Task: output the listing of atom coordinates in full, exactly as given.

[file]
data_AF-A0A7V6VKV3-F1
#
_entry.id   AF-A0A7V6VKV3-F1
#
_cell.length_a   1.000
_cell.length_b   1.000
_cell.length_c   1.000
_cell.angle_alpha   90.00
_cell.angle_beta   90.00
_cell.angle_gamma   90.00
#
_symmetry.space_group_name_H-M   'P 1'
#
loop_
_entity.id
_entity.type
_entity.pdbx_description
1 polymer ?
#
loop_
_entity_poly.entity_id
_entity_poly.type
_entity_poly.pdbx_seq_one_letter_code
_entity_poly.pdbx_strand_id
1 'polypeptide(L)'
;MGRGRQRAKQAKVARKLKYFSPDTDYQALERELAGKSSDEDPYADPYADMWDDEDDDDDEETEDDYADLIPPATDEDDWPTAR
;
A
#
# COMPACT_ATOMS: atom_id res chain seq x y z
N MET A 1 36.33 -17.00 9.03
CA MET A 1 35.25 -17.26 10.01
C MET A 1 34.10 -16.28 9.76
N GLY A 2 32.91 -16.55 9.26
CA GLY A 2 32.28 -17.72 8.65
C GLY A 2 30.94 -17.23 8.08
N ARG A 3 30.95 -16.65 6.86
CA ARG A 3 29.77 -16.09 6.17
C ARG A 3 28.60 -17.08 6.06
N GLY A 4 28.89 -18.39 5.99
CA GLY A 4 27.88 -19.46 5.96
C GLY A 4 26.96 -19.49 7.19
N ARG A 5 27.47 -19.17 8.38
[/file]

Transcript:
data_AF-A0A7V6VKV3-F1
#
_entry.id   AF-A0A7V6VKV3-F1
#
_cell.length_a   1.000
_cell.length_b   1.000
_cell.length_c   1.000
_cell.angle_alpha   90.00
_cell.angle_beta   90.00
_cell.angle_gamma   90.00
#
_symmetry.space_group_name_H-M   'P 1'
#
loop_
_entity.id
_entity.type
_entity.pdbx_description
1 polymer ?
#
loop_
_entity_poly.entity_id
_entity_poly.type
_entity_poly.pdbx_seq_one_letter_code
_entity_poly.pdbx_strand_id
1 'polypeptide(L)'
;MGRGRQRAKQAKVARKLKYFSPDTDYQALERELAGKSSDEDPYADPYADMWDDEDDDDDEETEDDYADLIPPATDEDDWPTAR
;
A
#
# COMPACT_ATOMS: atom_id res chain seq x y z
N MET A 1 36.33 -17.00 9.03
CA MET A 1 35.25 -17.26 10.01
C MET A 1 34.10 -16.28 9.76
N GLY A 2 32.91 -16.55 9.26
CA GLY A 2 32.28 -17.72 8.65
C GLY A 2 30.94 -17.23 8.08
N ARG A 3 30.95 -16.65 6.86
CA ARG A 3 29.77 -16.09 6.17
C ARG A 3 28.60 -17.08 6.06
N GLY A 4 28.89 -18.39 5.99
CA GLY A 4 27.88 -19.46 5.96
C GLY A 4 26.96 -19.49 7.19
N ARG A 5 27.47 -19.17 8.38